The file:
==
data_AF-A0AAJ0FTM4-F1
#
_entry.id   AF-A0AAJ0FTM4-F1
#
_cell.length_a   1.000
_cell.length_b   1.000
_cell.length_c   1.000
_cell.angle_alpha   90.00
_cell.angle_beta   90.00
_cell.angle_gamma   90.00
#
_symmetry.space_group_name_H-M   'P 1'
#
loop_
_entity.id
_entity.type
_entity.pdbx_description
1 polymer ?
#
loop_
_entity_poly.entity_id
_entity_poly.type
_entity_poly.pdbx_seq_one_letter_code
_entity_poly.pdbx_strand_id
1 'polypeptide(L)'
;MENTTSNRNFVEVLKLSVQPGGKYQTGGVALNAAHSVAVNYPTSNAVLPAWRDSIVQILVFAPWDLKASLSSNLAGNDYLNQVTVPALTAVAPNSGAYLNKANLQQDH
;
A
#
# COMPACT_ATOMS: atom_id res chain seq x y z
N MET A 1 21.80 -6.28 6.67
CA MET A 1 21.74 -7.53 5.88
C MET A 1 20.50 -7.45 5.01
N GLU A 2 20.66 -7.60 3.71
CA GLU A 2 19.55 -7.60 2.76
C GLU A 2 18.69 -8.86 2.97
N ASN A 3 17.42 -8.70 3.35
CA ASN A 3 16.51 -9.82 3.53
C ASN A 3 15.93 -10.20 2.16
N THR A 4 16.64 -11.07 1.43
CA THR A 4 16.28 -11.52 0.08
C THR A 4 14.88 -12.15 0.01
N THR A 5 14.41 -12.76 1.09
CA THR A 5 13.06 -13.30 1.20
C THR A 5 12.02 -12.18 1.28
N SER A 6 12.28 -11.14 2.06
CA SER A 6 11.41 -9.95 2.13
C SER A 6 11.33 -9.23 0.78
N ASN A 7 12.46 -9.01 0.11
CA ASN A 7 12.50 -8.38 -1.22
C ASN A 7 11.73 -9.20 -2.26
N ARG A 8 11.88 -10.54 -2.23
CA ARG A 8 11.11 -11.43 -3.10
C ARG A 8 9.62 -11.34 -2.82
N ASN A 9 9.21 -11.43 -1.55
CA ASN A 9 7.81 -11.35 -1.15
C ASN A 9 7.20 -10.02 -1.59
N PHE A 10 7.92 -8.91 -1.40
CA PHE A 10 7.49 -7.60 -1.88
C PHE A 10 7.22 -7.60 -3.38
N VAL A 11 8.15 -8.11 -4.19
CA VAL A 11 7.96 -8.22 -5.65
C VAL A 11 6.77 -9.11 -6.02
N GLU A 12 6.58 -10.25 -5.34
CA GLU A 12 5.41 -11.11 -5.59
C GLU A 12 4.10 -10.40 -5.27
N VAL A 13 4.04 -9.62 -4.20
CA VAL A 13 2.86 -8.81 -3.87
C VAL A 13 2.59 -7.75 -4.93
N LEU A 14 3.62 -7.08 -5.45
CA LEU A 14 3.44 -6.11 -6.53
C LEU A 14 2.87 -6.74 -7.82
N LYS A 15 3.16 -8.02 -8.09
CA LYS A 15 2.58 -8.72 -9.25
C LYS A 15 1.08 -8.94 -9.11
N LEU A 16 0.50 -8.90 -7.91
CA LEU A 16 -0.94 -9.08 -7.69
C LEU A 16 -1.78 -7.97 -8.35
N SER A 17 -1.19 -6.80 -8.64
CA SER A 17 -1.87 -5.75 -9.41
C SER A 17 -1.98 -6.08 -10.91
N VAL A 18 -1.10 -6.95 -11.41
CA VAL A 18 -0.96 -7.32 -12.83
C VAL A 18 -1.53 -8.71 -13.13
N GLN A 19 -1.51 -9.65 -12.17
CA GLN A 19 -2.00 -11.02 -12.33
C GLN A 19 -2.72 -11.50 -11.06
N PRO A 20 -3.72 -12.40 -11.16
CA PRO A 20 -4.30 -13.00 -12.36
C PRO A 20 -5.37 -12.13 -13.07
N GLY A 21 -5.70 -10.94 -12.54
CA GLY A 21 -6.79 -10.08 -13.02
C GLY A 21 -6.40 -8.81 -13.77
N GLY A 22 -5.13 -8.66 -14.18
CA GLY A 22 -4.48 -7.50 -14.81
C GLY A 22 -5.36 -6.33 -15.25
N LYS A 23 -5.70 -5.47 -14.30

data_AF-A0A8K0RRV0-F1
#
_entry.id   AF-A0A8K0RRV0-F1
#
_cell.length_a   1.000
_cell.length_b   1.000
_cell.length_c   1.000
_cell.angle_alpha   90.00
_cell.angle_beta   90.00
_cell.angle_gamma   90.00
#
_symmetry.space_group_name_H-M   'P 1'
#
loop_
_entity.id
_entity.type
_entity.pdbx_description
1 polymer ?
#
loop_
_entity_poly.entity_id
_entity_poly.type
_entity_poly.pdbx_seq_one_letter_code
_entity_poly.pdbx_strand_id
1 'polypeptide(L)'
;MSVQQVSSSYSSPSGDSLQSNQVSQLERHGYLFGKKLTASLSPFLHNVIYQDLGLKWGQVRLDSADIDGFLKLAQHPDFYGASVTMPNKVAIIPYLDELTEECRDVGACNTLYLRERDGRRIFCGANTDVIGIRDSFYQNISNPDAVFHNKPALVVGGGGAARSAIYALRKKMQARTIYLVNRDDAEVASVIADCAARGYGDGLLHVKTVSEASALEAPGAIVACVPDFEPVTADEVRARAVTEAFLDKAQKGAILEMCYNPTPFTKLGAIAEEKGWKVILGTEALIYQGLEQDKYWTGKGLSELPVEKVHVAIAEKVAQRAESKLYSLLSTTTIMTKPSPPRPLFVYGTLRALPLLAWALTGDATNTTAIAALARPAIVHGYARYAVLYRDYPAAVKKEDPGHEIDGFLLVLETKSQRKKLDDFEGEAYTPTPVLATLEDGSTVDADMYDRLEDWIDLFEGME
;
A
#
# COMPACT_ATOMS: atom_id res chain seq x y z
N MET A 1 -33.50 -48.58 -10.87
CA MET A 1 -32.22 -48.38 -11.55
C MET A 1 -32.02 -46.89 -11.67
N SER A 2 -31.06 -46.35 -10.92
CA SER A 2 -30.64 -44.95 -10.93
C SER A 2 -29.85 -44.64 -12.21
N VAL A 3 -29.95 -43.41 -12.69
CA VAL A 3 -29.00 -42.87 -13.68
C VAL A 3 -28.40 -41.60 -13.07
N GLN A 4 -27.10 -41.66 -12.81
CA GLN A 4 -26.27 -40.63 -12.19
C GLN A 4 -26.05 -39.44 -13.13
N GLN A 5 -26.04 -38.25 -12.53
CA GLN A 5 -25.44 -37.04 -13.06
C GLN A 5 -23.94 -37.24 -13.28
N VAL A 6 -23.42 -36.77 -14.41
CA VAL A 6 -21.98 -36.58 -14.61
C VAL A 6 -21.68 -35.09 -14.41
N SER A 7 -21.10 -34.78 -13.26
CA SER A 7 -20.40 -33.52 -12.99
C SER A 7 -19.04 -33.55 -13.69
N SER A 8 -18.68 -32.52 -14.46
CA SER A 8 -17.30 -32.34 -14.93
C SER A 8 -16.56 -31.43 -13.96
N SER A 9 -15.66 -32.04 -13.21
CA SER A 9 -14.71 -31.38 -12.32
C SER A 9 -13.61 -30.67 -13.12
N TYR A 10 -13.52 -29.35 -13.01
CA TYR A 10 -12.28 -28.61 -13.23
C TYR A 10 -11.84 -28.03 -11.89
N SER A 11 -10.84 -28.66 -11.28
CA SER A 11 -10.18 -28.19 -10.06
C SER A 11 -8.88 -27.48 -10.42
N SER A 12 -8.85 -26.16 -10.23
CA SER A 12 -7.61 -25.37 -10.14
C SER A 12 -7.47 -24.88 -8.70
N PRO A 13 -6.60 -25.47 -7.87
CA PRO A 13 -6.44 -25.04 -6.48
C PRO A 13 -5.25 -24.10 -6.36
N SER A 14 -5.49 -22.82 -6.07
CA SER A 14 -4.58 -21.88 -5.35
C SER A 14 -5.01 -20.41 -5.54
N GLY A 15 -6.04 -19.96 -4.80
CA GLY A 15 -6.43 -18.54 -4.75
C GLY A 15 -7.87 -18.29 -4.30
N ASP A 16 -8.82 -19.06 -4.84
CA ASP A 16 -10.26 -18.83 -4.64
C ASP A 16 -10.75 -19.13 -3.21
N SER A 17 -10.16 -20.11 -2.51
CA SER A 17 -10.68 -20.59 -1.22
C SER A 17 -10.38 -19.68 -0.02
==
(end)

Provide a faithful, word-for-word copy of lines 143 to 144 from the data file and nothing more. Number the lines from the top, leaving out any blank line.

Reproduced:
N VAL A 6 -23.42 -36.77 -14.41
CA VAL A 6 -21.98 -36.58 -14.61